I first heard The Handsome Family on an Uncut alt-country compilation in 1998. The song was ‘Weightless Again’, still arguably their finest, and I was converted. The voice of singer Brett Sparks was instantly commanding, and the lyrics, by partner Rennie Sparks, on the slaughter of native Americans and the desperation to feel ‘weightless again’ through suicide, located the strangeness of Harry Smith in the modern world. The album Through the Pines brought further tales of woe: time in psychiatric institutions, avenging twin sister’s snakebite death by setting woods on fire, police thieving TV from dead neighbours (all featured wonderfully tonight). Through six subsequent albums The Handsome Family have retained a singular voice which, miraculously, hasn’t dulled, and which is both sharpened, and lightened, in a live setting.
But first we had to get through Foy Vance, or rather his humourless fans. For the most part Vance presented an inoffensive set of earnest folk tunes, resembling a young Tom Waits when hammering the keyboard, but with the didactic arrogance of Bono. Vance said he’d heard Melbourne was an ‘earthy town’, so at that we moved to the bar to talk synthetics with a minimum of disruption. We were soon harangued by one fan for ‘ruining the concert. I’m more upset for him, he’s come all this way – see, he’s so upset he’s left the stage!’ That he had. When we apologised, explained why we’d come to the back and that we were not the only talkers, She said ‘I know, and I’m going to speak to them next.’ That she did. We went down to catch the end of Vance’s earthy tantrum, as he and his followers sung a rousing ‘Kum Ba Ya’, lighters in the air.
The Handsome Family by contrast were welcoming and self-deprecating, Rennie dishing out barbed wise-cracks, Brett the cynical straight man. ‘The Bottomless Hole’ was a well-pitched opener: pairing humour with existential dread, it’s representative of their oeuvre. Brett’s voice is operatic in range, Rennie’s pithy harmonies – and matching ukelele bass – a suitably absurd accompaniment, the lyrics finding them stuck between heaven and hell. ‘So Much Wine’, another of their signature songs, was equally strong, an apparently true tale of Christmas misfortune spent in the emergency ward. Tracks came from across their discography and were given faithful but more energised renditions, from the exposed romance of ‘The Sad Milkman’, the ‘discovery’ of their sound with ‘Arlene’, to ‘Owls’ and ‘Frogs’, both strong cuts from new album Wilderness. Not enough (any?) from Twilight however.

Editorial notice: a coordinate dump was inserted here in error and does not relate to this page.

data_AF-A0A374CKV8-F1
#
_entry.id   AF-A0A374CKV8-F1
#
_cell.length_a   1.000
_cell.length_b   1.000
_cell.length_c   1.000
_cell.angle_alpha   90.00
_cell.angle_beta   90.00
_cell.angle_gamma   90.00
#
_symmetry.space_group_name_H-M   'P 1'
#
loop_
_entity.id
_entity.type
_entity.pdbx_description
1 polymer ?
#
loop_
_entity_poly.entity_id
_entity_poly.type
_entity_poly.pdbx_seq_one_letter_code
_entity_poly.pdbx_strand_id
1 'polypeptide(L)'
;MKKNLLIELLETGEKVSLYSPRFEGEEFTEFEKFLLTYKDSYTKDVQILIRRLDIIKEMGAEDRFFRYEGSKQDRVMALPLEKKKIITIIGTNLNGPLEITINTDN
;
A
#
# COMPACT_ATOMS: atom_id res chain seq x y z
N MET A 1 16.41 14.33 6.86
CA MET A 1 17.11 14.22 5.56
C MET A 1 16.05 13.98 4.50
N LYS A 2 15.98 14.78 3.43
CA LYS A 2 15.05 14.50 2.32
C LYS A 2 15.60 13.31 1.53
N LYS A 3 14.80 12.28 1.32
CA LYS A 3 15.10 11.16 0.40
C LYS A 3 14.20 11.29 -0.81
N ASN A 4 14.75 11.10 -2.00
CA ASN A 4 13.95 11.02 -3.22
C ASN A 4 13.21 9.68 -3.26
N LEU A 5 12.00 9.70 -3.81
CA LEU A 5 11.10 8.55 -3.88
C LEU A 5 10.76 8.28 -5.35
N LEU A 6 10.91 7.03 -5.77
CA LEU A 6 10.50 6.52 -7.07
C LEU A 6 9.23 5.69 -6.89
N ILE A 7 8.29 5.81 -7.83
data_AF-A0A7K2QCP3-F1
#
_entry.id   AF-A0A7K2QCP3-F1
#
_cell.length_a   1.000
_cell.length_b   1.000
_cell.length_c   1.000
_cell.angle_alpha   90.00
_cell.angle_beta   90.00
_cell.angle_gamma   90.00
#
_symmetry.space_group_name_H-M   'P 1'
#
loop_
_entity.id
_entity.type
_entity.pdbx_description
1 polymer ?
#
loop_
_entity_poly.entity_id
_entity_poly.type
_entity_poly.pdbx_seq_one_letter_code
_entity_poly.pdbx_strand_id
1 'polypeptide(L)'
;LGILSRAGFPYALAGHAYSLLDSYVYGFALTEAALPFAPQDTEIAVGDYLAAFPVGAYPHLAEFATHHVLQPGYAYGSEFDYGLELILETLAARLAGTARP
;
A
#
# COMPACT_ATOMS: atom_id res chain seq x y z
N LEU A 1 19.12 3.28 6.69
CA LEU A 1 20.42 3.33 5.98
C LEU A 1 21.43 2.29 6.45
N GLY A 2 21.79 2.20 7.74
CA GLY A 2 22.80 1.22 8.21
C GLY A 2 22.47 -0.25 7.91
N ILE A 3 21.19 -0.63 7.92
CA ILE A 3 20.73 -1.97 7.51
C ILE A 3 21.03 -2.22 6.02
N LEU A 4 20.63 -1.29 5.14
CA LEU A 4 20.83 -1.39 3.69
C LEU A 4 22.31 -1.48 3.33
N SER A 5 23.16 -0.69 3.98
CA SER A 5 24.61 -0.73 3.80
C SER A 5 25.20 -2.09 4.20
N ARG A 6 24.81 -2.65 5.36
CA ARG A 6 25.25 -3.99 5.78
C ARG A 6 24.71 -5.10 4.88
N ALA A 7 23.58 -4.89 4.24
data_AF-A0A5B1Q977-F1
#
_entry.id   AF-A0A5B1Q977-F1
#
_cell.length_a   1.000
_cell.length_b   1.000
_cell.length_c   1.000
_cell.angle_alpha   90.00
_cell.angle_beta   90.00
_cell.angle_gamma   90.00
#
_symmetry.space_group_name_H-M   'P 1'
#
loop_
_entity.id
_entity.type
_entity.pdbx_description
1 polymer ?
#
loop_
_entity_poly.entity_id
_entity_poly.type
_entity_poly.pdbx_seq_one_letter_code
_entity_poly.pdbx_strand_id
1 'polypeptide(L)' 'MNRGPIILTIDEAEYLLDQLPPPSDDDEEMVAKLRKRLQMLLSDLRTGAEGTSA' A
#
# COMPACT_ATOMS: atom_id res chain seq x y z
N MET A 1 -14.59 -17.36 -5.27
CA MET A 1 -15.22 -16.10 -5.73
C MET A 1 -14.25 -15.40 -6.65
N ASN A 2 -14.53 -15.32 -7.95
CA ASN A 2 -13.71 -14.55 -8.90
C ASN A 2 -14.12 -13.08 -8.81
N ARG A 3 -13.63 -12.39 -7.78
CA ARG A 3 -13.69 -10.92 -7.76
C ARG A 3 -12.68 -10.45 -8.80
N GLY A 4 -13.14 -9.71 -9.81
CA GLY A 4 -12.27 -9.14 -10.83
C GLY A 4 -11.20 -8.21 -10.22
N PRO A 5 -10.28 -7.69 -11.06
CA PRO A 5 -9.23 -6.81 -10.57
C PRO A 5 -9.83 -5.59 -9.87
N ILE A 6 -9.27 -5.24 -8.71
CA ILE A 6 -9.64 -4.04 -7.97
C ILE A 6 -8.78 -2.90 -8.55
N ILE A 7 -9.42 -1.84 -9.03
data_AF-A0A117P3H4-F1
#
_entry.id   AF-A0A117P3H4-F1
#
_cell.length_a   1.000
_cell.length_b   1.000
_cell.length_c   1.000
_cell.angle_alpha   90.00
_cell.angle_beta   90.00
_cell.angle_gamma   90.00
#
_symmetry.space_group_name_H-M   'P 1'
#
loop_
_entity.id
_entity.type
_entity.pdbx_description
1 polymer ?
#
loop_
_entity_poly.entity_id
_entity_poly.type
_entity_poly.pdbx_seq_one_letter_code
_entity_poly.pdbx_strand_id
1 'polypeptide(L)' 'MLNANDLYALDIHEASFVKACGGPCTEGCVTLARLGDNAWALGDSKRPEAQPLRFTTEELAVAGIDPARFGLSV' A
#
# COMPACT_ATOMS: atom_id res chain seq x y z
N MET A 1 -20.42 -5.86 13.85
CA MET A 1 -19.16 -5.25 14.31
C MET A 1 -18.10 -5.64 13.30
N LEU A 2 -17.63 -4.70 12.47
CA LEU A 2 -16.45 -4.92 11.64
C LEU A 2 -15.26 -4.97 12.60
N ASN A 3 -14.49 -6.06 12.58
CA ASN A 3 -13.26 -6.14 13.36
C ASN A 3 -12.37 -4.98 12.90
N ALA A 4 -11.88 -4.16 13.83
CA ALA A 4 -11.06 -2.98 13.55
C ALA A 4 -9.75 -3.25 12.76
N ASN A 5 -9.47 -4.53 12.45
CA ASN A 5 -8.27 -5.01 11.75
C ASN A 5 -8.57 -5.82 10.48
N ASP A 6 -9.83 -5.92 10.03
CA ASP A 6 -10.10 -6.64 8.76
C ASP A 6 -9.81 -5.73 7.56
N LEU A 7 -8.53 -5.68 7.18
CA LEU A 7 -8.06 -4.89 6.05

Besides the mini-bass Rennie also played a kind of extended banjo, and acted the organised rock against which Brett could both stand (commanding most songs), or meander pleasantly off course (forgetting the lyrics to ‘Frogs’). They were joined by drummer Jason Toth, who dabbled in chimes on a few numbers, but it was Brett’s voice and guitar work which dominated. I’d not been aware of how good his playing was, and here the dire tones of songs would be cast as much by the weighty guitar squalls as his voice. Best were his opportunities for standard bluesy soloing, as in ‘My Sister’s Tiny Hands’, where virtuosity was discarded for more meaningful fractured and spacious stutters, very much like Marc Ribot, more revealing than any learned blues lick.
Brett and Rennie flanked the stage, as far apart as possible, trading lighthearted insults between numbers. While the levity surely makes delivering such bleak subject matter easier, and made for an entertaining concert, it also blunted the overall impact somewhat. At their best, Handsome Family songs have a power comparable to that of Don Delillo or Cormac McCarthy, essential translators of our zeitgeist: capturing the desolation of the strip mall, the horror of bowling, giving credible human – and inhuman – form to the apocalypse. ‘Weightless Again’ was lighter (how could it not be?), but en masse the power was diluted. The end-of-the-world encore of ‘When That Helicopter Comes’ however pushed the scales back, spiky guitar shards sprayed over Brett’s weary sneer. Significantly it was only Rennie who came out at the end to sell merchandise. I like to think Brett couldn’t face it, too emotionally affected by the truth of what he’d just communicated.